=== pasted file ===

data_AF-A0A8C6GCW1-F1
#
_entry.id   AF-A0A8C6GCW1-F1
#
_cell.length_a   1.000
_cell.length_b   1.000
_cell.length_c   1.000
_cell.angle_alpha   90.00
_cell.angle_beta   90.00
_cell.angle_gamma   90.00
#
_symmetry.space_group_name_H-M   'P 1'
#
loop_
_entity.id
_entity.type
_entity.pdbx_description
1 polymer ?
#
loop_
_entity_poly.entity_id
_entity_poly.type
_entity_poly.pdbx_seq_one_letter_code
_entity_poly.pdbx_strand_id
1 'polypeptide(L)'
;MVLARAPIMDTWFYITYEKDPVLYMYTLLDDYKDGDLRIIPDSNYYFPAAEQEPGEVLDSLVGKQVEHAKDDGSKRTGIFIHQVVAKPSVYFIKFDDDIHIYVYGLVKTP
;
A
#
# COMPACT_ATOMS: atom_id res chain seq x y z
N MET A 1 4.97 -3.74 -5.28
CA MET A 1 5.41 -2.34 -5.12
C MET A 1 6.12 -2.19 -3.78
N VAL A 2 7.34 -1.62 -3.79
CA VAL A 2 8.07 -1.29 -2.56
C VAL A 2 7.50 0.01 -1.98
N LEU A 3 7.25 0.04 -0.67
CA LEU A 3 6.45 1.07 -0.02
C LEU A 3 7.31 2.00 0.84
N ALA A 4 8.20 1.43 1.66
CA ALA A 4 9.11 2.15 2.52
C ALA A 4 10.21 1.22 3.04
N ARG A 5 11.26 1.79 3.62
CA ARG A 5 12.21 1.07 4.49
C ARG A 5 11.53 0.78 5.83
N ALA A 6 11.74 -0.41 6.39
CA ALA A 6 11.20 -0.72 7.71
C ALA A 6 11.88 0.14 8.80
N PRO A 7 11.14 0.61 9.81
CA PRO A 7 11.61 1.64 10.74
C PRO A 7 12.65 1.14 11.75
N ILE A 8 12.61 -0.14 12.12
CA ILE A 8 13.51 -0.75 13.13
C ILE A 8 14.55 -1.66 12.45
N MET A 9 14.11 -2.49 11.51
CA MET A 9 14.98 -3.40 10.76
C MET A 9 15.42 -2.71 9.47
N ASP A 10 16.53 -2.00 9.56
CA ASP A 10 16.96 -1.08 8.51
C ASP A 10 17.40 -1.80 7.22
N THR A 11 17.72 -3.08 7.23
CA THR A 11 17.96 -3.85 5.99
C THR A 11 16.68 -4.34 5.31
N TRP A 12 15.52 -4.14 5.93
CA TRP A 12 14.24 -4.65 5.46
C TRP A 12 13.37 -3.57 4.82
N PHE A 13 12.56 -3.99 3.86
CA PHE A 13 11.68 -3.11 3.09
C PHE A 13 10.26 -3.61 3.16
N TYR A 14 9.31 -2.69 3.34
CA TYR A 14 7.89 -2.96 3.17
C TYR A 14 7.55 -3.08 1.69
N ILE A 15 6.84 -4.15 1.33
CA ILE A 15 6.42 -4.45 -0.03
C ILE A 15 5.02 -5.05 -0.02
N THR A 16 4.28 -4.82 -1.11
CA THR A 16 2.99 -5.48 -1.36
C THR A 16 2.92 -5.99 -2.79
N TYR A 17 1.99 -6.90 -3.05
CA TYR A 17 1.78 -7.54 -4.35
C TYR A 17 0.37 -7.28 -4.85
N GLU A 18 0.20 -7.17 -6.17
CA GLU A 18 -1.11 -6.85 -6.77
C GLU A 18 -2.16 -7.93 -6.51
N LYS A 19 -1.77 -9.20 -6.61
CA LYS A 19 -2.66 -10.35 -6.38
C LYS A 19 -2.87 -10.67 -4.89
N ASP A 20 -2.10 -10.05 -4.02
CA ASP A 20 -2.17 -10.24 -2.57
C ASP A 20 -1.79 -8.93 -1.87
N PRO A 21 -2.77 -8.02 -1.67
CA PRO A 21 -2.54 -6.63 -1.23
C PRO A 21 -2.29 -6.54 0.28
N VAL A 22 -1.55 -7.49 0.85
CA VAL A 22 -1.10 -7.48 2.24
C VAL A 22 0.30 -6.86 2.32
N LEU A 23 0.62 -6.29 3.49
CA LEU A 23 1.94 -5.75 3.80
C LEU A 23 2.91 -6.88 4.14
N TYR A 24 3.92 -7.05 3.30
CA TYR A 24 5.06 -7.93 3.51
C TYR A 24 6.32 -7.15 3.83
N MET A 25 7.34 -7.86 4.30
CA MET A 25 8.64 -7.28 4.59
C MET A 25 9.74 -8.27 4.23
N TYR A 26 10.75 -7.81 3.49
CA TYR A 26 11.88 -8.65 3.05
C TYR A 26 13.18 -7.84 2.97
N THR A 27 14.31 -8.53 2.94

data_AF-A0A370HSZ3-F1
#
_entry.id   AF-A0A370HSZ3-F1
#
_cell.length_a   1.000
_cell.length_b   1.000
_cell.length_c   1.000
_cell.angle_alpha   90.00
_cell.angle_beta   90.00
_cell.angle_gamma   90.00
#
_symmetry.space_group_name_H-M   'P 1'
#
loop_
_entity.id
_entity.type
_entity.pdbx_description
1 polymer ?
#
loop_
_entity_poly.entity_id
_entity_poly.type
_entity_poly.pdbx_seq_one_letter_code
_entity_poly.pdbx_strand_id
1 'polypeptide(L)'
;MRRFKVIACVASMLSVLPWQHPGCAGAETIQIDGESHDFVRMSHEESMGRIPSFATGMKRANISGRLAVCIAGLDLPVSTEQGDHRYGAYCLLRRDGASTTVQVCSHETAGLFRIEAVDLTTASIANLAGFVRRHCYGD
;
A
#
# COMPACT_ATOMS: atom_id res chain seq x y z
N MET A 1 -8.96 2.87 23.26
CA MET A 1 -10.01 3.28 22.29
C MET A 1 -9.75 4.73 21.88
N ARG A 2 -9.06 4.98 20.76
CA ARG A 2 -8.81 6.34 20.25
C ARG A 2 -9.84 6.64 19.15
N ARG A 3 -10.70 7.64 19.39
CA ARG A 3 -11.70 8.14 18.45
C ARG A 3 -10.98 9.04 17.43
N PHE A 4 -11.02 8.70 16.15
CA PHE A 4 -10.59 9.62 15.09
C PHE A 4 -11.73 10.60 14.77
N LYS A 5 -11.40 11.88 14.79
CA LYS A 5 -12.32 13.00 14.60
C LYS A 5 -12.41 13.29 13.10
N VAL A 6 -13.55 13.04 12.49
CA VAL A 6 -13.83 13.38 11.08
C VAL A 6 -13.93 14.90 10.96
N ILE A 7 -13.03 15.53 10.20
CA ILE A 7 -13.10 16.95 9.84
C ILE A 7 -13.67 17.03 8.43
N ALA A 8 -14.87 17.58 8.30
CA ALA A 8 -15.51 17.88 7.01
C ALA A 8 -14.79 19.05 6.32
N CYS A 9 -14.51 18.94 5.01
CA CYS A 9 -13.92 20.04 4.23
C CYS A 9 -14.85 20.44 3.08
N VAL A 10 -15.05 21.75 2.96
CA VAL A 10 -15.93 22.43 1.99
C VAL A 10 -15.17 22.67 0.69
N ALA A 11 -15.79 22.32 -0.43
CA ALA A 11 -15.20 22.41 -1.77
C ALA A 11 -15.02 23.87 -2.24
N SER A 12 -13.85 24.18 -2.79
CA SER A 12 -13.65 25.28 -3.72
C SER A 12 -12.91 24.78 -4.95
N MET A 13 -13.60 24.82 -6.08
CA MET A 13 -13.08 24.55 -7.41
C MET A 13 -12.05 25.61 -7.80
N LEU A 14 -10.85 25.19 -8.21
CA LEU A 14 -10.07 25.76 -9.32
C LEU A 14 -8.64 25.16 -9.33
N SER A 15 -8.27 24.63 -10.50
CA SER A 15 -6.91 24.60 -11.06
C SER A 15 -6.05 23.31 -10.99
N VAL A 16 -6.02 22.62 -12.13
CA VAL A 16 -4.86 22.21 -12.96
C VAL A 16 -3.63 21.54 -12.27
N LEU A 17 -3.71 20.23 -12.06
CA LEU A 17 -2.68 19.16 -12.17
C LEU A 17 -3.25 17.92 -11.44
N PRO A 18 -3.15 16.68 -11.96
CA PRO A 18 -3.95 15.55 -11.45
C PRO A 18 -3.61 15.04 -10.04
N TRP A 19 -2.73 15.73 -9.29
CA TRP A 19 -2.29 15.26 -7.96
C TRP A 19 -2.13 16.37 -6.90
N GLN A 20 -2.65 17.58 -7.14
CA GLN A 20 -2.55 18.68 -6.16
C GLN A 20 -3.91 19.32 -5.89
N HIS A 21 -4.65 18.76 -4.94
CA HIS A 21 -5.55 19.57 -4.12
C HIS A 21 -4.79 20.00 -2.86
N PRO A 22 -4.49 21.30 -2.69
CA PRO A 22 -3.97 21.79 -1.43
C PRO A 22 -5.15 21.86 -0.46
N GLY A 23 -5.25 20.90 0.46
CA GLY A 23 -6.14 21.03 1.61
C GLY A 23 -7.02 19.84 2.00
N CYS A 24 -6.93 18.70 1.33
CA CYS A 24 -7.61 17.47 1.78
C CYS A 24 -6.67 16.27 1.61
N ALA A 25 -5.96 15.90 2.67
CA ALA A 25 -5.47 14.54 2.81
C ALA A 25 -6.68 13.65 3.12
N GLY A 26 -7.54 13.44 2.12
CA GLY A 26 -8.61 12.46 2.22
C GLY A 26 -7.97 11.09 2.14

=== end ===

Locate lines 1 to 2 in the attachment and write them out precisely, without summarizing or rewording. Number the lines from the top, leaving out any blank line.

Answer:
data_AF-A0A8C6GCW1-F1
#